One of the things that makes the ongoing legal conservatorship surrounding Britney Spears—an arrangement she’s now been living under since 2008—difficult for outsiders to fully understand is that, by its very nature, a conservatorship devalues the perspective of the person it’s applied to. Until her recent demand to speak in open court—calling her “team,” her various conservators, and especially her father Jamie “abusive” in their treatment of her—everything “Britney” has had to say on the topic of her living circumstances has been filtered by default, whether through people overseeing her social media, through her court-appointed legal advocate Samuel Ingham, or through the large number of public relations people employed by the conservatorship. After all, the default legal reasoning underpinning the entire existence of the conservatorship is that Spears supposedly isn’t fit to speak for herself (even if she is apparently fit to record music, tour, and continue to make money for her multi-million dollar estate). Which means, in turn, that every legal filing, public statement, etc. has to be carefully analyzed for obvious traces of self-interest from the various parties surrounding her, all attempting to assert that they’re the true arbiter of what Spears wants.
All of which has come into sharper focus today, courtesy of a new New Yorker report penned by Ronan Farrow and Jia Tolentino. “Britney Spears’ Conservatorship Nightmare” draws on interviews and research from a number of people who were in the singer’s orbit both before and after the conservatorship was established, and attempts to paint the clearest picture possible of how the arrangement began, and why it’s persisted for 13 years. It’s also a legitimately harrowing portrait of the loss of control that Spears has suffered, outlined most brutally in a series of clandestine anecdotes of her attempts to get access to an unmonitored cellphone so that she could contact independent legal counsel—something that, per the courts, she has no legal right or capacity to do.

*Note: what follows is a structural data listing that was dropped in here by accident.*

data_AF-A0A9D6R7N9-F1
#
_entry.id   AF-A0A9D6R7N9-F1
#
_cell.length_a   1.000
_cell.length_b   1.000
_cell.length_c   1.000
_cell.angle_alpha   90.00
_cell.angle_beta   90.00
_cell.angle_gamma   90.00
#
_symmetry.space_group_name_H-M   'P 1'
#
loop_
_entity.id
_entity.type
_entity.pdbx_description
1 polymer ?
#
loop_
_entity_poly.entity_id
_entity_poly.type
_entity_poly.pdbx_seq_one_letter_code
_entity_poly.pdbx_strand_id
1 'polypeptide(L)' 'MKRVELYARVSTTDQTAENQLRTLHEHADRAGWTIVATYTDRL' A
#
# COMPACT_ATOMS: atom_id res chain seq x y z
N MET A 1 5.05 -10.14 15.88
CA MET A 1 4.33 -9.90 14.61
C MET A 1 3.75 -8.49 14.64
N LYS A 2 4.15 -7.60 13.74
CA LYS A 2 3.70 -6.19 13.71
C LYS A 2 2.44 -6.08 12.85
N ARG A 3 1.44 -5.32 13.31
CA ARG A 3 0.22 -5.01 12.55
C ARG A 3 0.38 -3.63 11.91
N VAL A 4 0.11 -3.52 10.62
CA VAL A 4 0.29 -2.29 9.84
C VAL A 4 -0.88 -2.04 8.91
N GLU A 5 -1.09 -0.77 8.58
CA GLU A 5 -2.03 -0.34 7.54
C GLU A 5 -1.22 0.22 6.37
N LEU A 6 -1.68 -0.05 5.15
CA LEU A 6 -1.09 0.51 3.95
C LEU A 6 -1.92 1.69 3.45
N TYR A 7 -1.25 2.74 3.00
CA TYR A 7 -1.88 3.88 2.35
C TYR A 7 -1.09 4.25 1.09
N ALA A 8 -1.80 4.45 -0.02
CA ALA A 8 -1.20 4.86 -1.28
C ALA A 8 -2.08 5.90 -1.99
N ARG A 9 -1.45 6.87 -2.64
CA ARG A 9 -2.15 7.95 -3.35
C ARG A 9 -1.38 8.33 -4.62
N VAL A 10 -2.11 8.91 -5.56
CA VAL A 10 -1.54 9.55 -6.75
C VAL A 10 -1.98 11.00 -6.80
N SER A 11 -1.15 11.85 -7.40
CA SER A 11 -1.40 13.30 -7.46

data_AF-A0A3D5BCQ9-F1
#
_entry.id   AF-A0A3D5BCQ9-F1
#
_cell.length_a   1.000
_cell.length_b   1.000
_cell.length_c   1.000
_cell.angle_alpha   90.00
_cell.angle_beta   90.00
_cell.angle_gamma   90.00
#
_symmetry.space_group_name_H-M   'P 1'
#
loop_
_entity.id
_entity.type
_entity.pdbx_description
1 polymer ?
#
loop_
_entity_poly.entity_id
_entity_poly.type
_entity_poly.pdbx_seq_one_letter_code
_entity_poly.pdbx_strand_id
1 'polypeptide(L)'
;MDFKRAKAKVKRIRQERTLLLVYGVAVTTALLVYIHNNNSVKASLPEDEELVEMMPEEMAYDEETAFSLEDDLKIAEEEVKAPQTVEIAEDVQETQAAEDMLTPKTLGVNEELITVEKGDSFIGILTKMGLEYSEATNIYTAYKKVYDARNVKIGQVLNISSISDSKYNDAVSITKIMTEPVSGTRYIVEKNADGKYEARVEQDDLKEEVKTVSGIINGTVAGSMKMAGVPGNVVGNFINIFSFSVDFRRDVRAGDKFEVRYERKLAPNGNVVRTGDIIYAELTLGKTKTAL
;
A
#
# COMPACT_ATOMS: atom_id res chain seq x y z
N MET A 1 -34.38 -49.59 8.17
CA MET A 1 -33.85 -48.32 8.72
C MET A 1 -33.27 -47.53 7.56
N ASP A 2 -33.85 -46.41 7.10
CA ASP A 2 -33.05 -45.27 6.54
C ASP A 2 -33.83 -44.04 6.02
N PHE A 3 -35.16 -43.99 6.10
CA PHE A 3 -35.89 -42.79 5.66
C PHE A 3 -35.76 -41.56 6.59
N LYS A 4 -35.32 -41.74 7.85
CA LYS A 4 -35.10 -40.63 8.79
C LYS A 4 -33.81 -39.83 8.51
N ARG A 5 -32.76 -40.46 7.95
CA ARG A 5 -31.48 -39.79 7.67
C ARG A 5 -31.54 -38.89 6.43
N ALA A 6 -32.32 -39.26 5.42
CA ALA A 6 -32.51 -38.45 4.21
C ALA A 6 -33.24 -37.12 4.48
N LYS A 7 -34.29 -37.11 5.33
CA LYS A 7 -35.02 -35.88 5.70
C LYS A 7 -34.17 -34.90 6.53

Among other things, the report raises questions about the loyalties of court-set attorney Ingham; former family friend Jacqueline Butcher, who was present for the conversations that led to the (supposedly temporary) conservatorship, and who’s quoted extensively in the piece, alleges that Ingham reported on Spears’ movements to her father. (The piece also notes, in passing, that Ingham is paid $520,000 a year by the conservatorship for his role, which is paradoxically more than Spears herself received as the fruits of her labor in 2019.) Ingham has, of late, filed motions calling for Jamie Spears, who comes off especially poorly in the New Yorker article, to be removed from his role as Spears’ financial co-conservator, but that simply returns outsider observers to the central question: Who can actually be said to be putting Britney Spears’ interests first?
Farrow and Tolentino end their report by noting the Catch-22 that Spears, and the thousands of other people who’ve had their legal autonomy stripped from them in similar circumstances, face. I.e., if Spears—who, it’s noted, has been motivated more than once throughout this long process by threats of withholding her two children from her—performs poorly under the conservatorship, that can be held up as proof that the arrangement is necessary. And if she thrives? Well, there you go: Evidence that it’s exactly what she needed.
You can read the full New Yorker article here.